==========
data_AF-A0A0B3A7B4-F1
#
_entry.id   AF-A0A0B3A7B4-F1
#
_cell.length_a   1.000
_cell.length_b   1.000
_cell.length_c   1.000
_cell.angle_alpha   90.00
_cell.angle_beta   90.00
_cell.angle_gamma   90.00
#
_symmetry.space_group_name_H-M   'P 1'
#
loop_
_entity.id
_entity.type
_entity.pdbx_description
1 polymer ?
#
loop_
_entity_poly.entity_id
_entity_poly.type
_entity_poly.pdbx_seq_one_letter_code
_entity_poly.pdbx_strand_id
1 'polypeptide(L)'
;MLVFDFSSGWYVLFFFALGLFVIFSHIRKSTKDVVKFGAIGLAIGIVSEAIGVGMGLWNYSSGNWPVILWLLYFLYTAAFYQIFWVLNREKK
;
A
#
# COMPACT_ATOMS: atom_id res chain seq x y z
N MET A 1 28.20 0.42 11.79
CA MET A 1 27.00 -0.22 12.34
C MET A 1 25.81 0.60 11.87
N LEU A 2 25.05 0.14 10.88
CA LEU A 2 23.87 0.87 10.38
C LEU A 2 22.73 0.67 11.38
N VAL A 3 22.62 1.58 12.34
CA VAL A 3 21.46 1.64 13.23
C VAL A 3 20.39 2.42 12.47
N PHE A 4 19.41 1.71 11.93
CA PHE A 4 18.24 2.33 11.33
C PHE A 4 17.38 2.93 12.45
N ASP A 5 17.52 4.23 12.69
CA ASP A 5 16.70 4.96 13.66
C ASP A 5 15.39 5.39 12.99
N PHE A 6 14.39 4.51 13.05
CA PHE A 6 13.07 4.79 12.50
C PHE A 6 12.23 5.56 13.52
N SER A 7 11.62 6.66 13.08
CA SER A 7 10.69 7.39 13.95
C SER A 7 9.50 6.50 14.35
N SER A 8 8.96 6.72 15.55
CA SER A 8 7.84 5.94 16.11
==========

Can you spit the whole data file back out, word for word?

data_AF-A0A0B3A7B4-F1
#
_entry.id   AF-A0A0B3A7B4-F1
#
_cell.length_a   1.000
_cell.length_b   1.000
_cell.length_c   1.000
_cell.angle_alpha   90.00
_cell.angle_beta   90.00
_cell.angle_gamma   90.00
#
_symmetry.space_group_name_H-M   'P 1'
#
loop_
_entity.id
_entity.type
_entity.pdbx_description
1 polymer ?
#
loop_
_entity_poly.entity_id
_entity_poly.type
_entity_poly.pdbx_seq_one_letter_code
_entity_poly.pdbx_strand_id
1 'polypeptide(L)'
;MLVFDFSSGWYVLFFFALGLFVIFSHIRKSTKDVVKFGAIGLAIGIVSEAIGVGMGLWNYSSGNWPVILWLLYFLYTAAFYQIFWVLNREKK
;
A
#
# COMPACT_ATOMS: atom_id res chain seq x y z
N MET A 1 28.20 0.42 11.79
CA MET A 1 27.00 -0.22 12.34
C MET A 1 25.81 0.60 11.87
N LEU A 2 25.05 0.14 10.88
CA LEU A 2 23.87 0.87 10.38
C LEU A 2 22.73 0.67 11.38
N VAL A 3 22.62 1.58 12.34
CA VAL A 3 21.46 1.64 13.23
C VAL A 3 20.39 2.42 12.47
N PHE A 4 19.41 1.71 11.93
CA PHE A 4 18.24 2.33 11.33
C PHE A 4 17.38 2.93 12.45
N ASP A 5 17.52 4.23 12.69
CA ASP A 5 16.70 4.96 13.66
C ASP A 5 15.39 5.39 12.99
N PHE A 6 14.39 4.51 13.05
CA PHE A 6 13.07 4.79 12.50
C PHE A 6 12.23 5.56 13.52
N SER A 7 11.62 6.66 13.08
CA SER A 7 10.69 7.39 13.95
C SER A 7 9.50 6.50 14.35
N SER A 8 8.96 6.72 15.55
CA SER A 8 7.84 5.94 16.11